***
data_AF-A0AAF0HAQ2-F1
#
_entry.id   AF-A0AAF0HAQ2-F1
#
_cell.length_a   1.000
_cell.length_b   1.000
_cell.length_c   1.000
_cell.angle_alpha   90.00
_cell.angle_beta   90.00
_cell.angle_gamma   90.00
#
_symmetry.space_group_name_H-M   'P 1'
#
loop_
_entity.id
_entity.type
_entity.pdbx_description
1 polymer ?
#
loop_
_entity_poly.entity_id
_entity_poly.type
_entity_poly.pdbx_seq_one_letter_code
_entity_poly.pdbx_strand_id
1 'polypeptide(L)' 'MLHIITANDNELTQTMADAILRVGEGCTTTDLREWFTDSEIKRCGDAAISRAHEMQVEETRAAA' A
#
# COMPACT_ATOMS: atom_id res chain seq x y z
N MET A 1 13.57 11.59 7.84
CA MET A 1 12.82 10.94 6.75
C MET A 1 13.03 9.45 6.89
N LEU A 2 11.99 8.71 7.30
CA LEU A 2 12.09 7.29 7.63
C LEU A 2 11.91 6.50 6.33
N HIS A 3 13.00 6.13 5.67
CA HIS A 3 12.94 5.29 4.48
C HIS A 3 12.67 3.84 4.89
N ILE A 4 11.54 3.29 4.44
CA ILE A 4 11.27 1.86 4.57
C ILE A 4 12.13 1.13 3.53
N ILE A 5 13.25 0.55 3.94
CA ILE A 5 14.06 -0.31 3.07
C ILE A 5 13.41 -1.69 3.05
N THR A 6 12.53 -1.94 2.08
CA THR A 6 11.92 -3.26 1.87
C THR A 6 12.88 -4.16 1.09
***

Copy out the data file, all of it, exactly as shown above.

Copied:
data_AF-A0AAF0HAQ2-F1
#
_entry.id   AF-A0AAF0HAQ2-F1
#
_cell.length_a   1.000
_cell.length_b   1.000
_cell.length_c   1.000
_cell.angle_alpha   90.00
_cell.angle_beta   90.00
_cell.angle_gamma   90.00
#
_symmetry.space_group_name_H-M   'P 1'
#
loop_
_entity.id
_entity.type
_entity.pdbx_description
1 polymer ?
#
loop_
_entity_poly.entity_id
_entity_poly.type
_entity_poly.pdbx_seq_one_letter_code
_entity_poly.pdbx_strand_id
1 'polypeptide(L)' 'MLHIITANDNELTQTMADAILRVGEGCTTTDLREWFTDSEIKRCGDAAISRAHEMQVEETRAAA' A
#
# COMPACT_ATOMS: atom_id res chain seq x y z
N MET A 1 13.57 11.59 7.84
CA MET A 1 12.82 10.94 6.75
C MET A 1 13.03 9.45 6.89
N LEU A 2 11.99 8.71 7.30
CA LEU A 2 12.09 7.29 7.63
C LEU A 2 11.91 6.50 6.33
N HIS A 3 13.00 6.13 5.67
CA HIS A 3 12.94 5.29 4.48
C HIS A 3 12.67 3.84 4.89
N ILE A 4 11.54 3.29 4.44
CA ILE A 4 11.27 1.86 4.57
C ILE A 4 12.13 1.13 3.53
N ILE A 5 13.25 0.55 3.94
CA ILE A 5 14.06 -0.31 3.07
C ILE A 5 13.41 -1.69 3.05
N THR A 6 12.53 -1.94 2.08
CA THR A 6 11.92 -3.26 1.87
C THR A 6 12.88 -4.16 1.09